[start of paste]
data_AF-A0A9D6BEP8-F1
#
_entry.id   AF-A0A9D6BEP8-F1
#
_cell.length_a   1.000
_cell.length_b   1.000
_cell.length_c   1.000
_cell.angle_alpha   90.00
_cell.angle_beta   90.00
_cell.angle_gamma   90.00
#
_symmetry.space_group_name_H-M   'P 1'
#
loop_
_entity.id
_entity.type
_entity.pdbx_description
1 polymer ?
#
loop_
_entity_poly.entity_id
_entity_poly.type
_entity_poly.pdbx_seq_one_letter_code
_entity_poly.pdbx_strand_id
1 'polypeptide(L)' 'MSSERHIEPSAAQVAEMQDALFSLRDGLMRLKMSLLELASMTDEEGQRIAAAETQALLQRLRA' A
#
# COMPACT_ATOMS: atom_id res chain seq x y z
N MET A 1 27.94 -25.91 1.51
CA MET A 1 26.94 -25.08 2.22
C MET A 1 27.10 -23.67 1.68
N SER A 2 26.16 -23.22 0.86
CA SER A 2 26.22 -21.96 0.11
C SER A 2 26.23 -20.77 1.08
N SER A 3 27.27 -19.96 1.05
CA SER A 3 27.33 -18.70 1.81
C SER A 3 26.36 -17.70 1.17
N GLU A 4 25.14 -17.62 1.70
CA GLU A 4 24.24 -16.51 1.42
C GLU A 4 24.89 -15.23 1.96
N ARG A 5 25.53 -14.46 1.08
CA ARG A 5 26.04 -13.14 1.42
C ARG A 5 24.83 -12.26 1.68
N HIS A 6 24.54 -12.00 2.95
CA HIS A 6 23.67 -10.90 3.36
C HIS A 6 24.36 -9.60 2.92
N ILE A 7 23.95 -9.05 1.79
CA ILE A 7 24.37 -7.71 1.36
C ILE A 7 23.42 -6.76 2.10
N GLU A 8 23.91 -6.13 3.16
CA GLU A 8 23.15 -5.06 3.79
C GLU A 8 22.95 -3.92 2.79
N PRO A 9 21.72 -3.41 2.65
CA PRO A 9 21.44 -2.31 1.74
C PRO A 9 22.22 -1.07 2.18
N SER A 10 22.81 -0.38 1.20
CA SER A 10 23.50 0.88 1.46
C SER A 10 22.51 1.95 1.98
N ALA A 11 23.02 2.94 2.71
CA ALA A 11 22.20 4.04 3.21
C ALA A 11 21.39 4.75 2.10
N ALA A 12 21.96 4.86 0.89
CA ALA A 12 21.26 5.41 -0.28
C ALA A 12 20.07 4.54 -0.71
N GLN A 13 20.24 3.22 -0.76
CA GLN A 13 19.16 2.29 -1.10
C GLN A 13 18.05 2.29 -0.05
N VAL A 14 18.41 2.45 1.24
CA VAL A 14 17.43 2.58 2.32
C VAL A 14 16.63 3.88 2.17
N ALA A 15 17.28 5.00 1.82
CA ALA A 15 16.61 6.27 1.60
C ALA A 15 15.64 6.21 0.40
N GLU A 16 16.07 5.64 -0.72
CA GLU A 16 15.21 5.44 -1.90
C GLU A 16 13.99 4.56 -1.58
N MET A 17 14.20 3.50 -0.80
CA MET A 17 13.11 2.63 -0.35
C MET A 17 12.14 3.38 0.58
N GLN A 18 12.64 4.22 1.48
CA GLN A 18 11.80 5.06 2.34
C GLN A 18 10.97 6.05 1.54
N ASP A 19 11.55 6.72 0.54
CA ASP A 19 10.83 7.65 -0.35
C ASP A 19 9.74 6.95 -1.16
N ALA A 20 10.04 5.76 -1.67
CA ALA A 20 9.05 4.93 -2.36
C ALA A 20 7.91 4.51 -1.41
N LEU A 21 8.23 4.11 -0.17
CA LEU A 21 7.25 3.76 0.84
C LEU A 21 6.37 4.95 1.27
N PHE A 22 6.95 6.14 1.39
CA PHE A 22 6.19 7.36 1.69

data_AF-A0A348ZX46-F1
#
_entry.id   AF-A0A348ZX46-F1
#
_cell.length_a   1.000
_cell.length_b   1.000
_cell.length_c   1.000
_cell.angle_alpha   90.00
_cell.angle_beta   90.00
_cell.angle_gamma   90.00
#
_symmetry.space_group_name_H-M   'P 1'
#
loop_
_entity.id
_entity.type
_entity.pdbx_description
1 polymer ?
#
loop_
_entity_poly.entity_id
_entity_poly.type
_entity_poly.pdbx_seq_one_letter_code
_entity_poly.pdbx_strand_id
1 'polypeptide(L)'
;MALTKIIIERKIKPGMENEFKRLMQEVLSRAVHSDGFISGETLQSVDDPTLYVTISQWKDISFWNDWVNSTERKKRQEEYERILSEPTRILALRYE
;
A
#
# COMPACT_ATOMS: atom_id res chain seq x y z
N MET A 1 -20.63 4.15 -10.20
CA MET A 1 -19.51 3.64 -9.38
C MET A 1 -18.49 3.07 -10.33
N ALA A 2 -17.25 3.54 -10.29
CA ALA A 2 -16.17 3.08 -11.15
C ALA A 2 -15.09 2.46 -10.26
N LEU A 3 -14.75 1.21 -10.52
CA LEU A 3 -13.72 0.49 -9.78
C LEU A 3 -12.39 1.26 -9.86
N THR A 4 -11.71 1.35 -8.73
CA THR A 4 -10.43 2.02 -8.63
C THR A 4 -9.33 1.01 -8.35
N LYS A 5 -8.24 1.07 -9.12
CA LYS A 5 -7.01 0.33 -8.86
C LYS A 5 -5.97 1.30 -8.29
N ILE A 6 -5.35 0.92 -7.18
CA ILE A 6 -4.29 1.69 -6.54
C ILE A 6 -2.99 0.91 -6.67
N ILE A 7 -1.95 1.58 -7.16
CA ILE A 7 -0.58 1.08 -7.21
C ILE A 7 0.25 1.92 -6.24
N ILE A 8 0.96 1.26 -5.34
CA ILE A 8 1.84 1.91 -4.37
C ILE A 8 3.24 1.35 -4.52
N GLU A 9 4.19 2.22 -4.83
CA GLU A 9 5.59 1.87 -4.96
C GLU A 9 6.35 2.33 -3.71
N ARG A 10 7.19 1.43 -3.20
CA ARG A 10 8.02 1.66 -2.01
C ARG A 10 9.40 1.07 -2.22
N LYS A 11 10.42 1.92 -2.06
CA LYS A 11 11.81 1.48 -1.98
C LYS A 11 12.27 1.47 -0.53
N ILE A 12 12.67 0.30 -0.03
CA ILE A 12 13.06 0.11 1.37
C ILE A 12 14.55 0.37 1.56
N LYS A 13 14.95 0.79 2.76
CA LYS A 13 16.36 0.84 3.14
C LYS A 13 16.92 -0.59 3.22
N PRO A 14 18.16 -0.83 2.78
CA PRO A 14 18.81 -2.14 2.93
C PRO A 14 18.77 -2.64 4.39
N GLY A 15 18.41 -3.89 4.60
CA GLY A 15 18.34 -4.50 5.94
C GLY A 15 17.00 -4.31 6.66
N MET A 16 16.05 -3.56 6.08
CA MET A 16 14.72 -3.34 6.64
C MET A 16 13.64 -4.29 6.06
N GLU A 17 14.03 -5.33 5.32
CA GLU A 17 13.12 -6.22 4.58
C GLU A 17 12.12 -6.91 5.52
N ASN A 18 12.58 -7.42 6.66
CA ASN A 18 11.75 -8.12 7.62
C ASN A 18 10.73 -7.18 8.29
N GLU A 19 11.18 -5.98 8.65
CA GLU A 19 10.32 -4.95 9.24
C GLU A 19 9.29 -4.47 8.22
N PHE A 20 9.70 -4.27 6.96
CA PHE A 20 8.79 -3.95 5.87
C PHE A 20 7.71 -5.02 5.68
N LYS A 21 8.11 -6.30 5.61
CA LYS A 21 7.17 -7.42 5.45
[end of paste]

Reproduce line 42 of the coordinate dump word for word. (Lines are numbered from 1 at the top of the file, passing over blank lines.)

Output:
C ARG A 5 24.83 -12.26 1.68